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pivotal clinical trials to demonstrate its effectiveness, and invested in a new factory in Ohio that cost $500 million. Assuming the drug starts generating sales in the fourth quarter of 2012, it could reach $1 billion in U.S. sales in 2015, according to Thomas Russo, an analyst with Robert W. Baird, in a note to clients on November 5.
That’s a long time to wait for the big bucks that Amylin thought would already be flowing in now. But Bradbury says the company has basically been operating at cash-flow break even, and he doesn’t foresee the need to make any major layoffs after making a couple big rounds of cuts in November 2008 and May 2009.
Instead of getting his troops fired up to sell the first once-weekly injection for diabetes, Bradbury says Amylin needs to concentrate for now on finding some new areas of growth for its older drugs—the original twice-daily injection of exenatide (Byetta) and pramlintide (Symlin). In particular, the company’s 325-person sales force will concentrate on getting Medicare to cover more aging patients who use Byetta, Bradbury says.
Much of the effort will be defensive, rather than offensive. Denmark-based Novo Nordisk, the world’s largest maker of diabetes medicines, won FDA approval last January for liraglutide (Victoza), as a new member of the same GLP-1 class of drugs that Byetta is part of. Novo’s product is taken as a once-daily injection, which means fewer needle sticks than what is required with the twice-daily Amylin drug.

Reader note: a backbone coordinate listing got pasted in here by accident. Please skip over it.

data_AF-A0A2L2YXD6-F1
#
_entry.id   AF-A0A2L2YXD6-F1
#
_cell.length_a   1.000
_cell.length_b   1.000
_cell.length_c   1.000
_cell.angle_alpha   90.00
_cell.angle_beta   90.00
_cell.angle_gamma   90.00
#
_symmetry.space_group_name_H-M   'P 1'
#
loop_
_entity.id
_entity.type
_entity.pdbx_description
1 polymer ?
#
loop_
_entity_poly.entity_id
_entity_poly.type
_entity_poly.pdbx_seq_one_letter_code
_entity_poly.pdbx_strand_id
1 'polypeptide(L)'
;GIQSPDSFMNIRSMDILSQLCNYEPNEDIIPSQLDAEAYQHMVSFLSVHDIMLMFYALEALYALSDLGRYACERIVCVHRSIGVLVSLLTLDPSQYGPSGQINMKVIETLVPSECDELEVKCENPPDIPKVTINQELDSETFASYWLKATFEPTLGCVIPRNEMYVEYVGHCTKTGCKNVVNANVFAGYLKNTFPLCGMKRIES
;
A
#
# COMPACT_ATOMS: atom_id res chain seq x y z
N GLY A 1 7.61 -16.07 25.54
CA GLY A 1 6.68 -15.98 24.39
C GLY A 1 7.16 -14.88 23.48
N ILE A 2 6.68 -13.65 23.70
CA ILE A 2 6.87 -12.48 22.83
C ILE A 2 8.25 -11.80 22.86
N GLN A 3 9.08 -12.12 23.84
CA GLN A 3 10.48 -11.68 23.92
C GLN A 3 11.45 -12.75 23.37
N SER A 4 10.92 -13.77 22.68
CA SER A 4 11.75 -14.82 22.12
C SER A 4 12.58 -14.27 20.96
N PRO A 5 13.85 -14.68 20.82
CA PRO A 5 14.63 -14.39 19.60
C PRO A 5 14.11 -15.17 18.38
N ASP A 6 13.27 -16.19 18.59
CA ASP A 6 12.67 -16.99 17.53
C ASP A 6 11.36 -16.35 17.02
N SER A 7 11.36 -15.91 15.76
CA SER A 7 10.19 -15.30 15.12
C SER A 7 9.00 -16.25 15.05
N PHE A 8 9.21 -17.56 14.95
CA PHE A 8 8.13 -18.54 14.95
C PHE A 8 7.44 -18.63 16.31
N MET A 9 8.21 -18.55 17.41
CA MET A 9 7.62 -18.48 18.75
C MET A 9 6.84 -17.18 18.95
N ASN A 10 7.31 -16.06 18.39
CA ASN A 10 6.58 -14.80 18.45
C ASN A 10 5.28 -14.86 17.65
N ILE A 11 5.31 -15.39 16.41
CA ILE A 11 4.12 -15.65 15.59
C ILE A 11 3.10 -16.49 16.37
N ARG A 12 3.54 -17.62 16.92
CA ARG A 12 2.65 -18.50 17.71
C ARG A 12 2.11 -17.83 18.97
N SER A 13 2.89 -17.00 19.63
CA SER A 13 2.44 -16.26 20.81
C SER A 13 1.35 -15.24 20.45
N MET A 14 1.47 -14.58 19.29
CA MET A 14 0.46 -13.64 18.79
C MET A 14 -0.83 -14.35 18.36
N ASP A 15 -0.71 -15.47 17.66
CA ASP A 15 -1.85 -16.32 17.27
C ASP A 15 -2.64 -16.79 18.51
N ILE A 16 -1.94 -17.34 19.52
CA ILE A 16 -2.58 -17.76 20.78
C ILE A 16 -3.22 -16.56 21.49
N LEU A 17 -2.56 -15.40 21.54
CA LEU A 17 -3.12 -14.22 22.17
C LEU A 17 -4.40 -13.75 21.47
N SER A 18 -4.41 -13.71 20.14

Victoza, the new challenger, has been gaining market share against the older Amylin drug. And the regulatory delay for Amylin gives Novo more time to make inroads with patients as they wait for FDA approval of the once-weekly injection (Bydureon). The original Byetta still has about two-thirds of the market share, while Victoza has grabbed about one-third at last count, Bradbury says. The focus of the sales force is in maintaining market share among loyal patients and doctors, and taking some market share back in new populations, like the Medicare group, Bradbury says.
There were a few other things Bradbury wanted to talk about, which I’m sure are of less interest to shareholders and the biotech industry at large. The company is still working on getting the right formulation of metreleptin and pramlintide which can go into Phase III clinical trials for obesity, as part of a partnership with Takeda Pharmaceuticals. Amylin has now formally sought FDA approval of leptin as a treatment for an extremely rare fat disorder known as lipodystrophy. And the company plans to introduce a new drug into clinical trials by the end of this year that connects two peptides together into a single molecule, an internal research project that builds on years of Amylin’s experience, Bradbury says.
If Bradbury is right, and Amylin does go on to win FDA approval of Bydureon sometime in 2012, then it will have the kind of cash flow and market valuation to push ahead with even more ambitious R&D projects to fight diabetes and obesity. But for now, this sounds a lot like hunker-down time. He even joked that while he hopes to win FDA approval of Bydureon, “hope is not a strategy.”
Now it will really take something more like steely determination, which Bradbury says is in the company DNA. “Amylin has always been a very resilient company,” he says.
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